Case File: 1UFNY
|The Doe Network
Physical Description** Listed information is approximate
Clothing & Personal Items
A passing motorist discovered the victim in a Caledonia cornfield about 20 feet from the south side of Route 20, about one half mile from the intersection of Route 5. She was fully clothed and there was no evidence that she had been sexually molested. Her pockets had been turned inside out, possibly to remove any identification.
The coroner estimated that she was killed the previous night from two gunshot wounds; one to the front of her head and one to her back. The gunshot wound to her head was inflicted prior to the one to her back. Apparently she was shot by the road where a blood spot marked the earth, then dragged into the cornfield and shot again. Police speculated that the murder weapon used was a .38-caliber handgun. Ballistics experts dug up a slug buried in the dirt underneath the victim and tested it against literally hundreds of other bullets fired from guns seized by police. Over the years, the Livingston County probes traced weapons to as far away as Canada, Europe, and Mexico, but they were never able to match the slug to a murder weapon.
An examination of the girl's stomach contents turned up pieces of meat, corn and potatoes. A waitress from a small dinner in Lima, New York, remembered seeing the girl the night before the murder, but she couldn't remember anything more. An unknown male was seen with the victim at a diner near the recovery location (his sketch is available on the FBI flyer located under Sources at the bottom of this page). He is described as a white male, 5'8" to 5'9" with black wire rimmed glasses and a plaid shirt. He was driving a tan station wagon with side paneling.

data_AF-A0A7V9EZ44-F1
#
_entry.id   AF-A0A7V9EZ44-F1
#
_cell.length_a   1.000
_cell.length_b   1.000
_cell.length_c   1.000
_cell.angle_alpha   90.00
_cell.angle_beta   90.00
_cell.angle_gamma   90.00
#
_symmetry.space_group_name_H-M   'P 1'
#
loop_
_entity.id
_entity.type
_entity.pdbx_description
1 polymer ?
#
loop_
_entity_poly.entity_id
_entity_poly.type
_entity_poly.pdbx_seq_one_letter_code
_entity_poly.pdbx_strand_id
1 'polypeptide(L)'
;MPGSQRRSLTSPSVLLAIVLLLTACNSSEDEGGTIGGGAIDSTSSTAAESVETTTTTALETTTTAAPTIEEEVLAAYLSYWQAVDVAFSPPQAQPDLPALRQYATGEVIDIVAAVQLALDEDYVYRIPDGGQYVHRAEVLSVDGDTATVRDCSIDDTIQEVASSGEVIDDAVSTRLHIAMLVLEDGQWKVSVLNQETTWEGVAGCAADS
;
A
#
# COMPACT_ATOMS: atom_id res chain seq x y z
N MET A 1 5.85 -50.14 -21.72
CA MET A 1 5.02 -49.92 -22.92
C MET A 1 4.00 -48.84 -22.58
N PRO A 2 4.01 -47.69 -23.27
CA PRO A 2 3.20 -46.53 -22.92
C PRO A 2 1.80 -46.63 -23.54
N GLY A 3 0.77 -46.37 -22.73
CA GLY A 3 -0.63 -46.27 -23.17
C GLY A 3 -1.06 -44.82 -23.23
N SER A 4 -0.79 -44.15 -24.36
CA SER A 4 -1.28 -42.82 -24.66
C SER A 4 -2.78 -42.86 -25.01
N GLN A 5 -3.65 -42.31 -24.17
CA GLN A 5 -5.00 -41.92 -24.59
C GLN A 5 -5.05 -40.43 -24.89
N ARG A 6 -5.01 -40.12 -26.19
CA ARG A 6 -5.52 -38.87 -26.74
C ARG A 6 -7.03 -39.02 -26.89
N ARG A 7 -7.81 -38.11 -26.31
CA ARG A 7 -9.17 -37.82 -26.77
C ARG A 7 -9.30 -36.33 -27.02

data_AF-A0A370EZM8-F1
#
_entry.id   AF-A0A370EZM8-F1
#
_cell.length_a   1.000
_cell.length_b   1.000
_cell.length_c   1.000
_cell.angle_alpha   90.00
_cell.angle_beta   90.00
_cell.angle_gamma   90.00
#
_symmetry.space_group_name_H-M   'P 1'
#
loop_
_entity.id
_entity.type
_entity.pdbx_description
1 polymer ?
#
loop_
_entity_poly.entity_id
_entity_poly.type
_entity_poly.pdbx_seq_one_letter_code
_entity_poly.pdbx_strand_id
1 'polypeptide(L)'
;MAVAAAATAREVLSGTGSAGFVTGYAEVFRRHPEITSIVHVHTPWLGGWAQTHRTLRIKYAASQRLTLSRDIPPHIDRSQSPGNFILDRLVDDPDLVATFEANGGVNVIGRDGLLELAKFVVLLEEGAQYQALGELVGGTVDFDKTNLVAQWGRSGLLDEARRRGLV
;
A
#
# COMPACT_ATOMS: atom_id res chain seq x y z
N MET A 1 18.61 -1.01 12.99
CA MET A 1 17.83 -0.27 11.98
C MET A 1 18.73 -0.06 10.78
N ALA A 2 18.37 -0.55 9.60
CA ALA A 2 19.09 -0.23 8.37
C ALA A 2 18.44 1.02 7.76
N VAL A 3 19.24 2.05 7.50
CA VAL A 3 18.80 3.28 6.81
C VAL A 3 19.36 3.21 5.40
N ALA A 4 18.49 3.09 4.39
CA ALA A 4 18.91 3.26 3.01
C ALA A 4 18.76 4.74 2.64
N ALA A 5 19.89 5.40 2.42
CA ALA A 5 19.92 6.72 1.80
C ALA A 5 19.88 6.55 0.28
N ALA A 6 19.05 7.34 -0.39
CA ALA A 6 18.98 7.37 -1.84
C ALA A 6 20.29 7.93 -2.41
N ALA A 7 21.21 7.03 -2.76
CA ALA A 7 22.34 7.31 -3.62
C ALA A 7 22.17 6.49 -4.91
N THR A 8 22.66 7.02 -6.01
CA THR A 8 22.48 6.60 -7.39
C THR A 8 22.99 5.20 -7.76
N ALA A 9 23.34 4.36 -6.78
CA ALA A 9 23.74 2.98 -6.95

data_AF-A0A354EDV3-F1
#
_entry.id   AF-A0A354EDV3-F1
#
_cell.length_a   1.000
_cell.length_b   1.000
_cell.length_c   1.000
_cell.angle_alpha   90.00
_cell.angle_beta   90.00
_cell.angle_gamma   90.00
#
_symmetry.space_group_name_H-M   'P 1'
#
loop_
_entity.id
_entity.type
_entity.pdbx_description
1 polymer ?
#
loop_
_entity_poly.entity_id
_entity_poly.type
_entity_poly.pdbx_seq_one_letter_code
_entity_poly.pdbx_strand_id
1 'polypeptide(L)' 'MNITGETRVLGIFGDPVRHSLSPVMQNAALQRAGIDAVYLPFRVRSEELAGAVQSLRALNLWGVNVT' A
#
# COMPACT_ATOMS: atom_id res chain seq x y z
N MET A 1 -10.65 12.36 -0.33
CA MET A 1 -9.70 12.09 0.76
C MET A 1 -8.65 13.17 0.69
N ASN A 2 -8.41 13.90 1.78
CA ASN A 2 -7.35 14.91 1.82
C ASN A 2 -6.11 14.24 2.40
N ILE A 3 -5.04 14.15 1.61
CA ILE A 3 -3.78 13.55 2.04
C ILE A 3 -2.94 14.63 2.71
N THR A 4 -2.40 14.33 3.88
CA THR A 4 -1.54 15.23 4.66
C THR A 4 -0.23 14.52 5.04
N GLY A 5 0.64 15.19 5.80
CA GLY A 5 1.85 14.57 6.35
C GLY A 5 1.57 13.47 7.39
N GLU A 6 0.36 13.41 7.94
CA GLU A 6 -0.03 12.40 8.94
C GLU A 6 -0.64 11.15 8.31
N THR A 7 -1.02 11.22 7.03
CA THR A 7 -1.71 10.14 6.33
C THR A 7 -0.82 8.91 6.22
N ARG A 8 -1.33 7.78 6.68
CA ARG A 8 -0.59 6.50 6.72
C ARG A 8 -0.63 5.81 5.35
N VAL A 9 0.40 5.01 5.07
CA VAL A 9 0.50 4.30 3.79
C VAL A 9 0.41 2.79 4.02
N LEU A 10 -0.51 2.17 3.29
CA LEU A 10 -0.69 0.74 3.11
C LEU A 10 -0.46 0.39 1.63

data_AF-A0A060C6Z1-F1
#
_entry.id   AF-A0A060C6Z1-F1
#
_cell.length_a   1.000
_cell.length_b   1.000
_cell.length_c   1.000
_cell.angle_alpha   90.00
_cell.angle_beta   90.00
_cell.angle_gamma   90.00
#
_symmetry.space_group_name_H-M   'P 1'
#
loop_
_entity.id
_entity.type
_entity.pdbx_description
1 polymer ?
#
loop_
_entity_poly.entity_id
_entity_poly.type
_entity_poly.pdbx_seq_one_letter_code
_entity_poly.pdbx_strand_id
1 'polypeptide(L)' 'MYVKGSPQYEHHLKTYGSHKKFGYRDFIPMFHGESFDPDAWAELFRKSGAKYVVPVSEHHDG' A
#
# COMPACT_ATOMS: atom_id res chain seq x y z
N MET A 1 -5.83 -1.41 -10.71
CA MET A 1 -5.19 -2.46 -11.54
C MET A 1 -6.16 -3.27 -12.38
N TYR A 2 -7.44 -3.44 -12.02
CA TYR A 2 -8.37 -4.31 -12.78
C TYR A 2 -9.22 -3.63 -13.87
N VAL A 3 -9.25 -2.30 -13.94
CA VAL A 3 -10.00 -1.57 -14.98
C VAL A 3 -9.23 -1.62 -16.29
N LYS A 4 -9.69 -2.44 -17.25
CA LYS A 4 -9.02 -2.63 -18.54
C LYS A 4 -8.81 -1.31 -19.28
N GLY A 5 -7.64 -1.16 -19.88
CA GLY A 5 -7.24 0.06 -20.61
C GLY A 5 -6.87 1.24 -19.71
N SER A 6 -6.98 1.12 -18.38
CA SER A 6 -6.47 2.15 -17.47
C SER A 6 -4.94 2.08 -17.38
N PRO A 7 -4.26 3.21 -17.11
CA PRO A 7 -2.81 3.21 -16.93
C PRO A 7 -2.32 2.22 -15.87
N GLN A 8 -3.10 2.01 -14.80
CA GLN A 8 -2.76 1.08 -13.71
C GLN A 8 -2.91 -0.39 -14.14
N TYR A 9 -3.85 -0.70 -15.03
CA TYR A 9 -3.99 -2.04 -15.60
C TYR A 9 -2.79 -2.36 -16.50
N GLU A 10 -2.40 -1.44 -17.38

It was reported that several truckers called in with information about a young girl who was traveling and catching rides where she could. One trucker swore he saw the girl the night before she was murdered trying to hitch a ride to Boston from a nearby truck stop. It is unknown if this information has been confirmed.
She was laid to rest in the Mount Morris Cemetery in Dansville, New York. The inscription of her gravestone reads, "Lest we forget an unidentified girl. November 9. 1979. And flights of angels sing thee to thy rest." In September 2005, her grave was exhumed in order to test her teeth in hopes of identifying minerals found in drinking water to help aid in her identification. Pollen samples taken from the victim's clothing were determined to have come from only four places: Arizona, California, South Florida, or Mexico.
Serial killer Henry Lee Lucas confessed to her murder in 1984, however, no evidence supported his claim. He died in 2000. Police have followed up on over 10,000 leads, all to no avail.
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Last Updated: 9/9/14 - By: DD / Unidentified Persons Coordinator
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